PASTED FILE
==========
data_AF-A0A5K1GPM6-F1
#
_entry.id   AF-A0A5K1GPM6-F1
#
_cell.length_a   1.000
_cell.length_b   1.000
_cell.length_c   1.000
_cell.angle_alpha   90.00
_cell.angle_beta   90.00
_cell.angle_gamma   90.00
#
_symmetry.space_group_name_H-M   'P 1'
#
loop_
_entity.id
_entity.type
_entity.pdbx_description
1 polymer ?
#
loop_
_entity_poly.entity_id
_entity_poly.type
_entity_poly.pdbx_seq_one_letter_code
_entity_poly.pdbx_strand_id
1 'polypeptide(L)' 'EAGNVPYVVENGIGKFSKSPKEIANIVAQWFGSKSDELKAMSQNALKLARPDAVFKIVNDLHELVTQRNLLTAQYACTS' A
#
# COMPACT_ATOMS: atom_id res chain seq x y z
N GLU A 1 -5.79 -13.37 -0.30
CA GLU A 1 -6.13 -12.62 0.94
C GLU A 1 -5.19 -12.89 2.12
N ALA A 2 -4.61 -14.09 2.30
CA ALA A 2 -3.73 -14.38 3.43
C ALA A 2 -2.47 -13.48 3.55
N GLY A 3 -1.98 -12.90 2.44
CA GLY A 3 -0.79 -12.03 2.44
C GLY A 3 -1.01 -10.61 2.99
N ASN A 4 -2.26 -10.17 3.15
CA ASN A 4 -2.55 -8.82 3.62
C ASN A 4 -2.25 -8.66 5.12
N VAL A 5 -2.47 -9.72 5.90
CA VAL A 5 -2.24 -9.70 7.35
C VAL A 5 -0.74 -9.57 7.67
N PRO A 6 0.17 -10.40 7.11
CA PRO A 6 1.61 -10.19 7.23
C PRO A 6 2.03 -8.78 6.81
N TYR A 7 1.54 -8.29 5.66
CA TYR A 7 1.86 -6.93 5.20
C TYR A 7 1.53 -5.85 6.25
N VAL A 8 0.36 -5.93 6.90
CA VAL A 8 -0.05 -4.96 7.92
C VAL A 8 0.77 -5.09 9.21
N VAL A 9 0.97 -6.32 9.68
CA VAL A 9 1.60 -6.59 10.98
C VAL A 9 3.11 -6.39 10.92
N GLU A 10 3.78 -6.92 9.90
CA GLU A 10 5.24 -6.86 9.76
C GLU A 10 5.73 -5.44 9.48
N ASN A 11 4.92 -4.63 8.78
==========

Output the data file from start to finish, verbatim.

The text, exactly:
data_AF-A0A5K1GPM6-F1
#
_entry.id   AF-A0A5K1GPM6-F1
#
_cell.length_a   1.000
_cell.length_b   1.000
_cell.length_c   1.000
_cell.angle_alpha   90.00
_cell.angle_beta   90.00
_cell.angle_gamma   90.00
#
_symmetry.space_group_name_H-M   'P 1'
#
loop_
_entity.id
_entity.type
_entity.pdbx_description
1 polymer ?
#
loop_
_entity_poly.entity_id
_entity_poly.type
_entity_poly.pdbx_seq_one_letter_code
_entity_poly.pdbx_strand_id
1 'polypeptide(L)' 'EAGNVPYVVENGIGKFSKSPKEIANIVAQWFGSKSDELKAMSQNALKLARPDAVFKIVNDLHELVTQRNLLTAQYACTS' A
#
# COMPACT_ATOMS: atom_id res chain seq x y z
N GLU A 1 -5.79 -13.37 -0.30
CA GLU A 1 -6.13 -12.62 0.94
C GLU A 1 -5.19 -12.89 2.12
N ALA A 2 -4.61 -14.09 2.30
CA ALA A 2 -3.73 -14.38 3.43
C ALA A 2 -2.47 -13.48 3.55
N GLY A 3 -1.98 -12.90 2.44
CA GLY A 3 -0.79 -12.03 2.44
C GLY A 3 -1.01 -10.61 2.99
N ASN A 4 -2.26 -10.17 3.15
CA ASN A 4 -2.55 -8.82 3.62
C ASN A 4 -2.25 -8.66 5.12
N VAL A 5 -2.47 -9.72 5.90
CA VAL A 5 -2.24 -9.70 7.35
C VAL A 5 -0.74 -9.57 7.67
N PRO A 6 0.17 -10.40 7.11
CA PRO A 6 1.61 -10.19 7.23
C PRO A 6 2.03 -8.78 6.81
N TYR A 7 1.54 -8.29 5.66
CA TYR A 7 1.86 -6.93 5.20
C TYR A 7 1.53 -5.85 6.25
N VAL A 8 0.36 -5.93 6.90
CA VAL A 8 -0.05 -4.96 7.92
C VAL A 8 0.77 -5.09 9.21
N VAL A 9 0.97 -6.32 9.68
CA VAL A 9 1.60 -6.59 10.98
C VAL A 9 3.11 -6.39 10.92
N GLU A 10 3.78 -6.92 9.90
CA GLU A 10 5.24 -6.86 9.76
C GLU A 10 5.73 -5.44 9.48
N ASN A 11 4.92 -4.63 8.78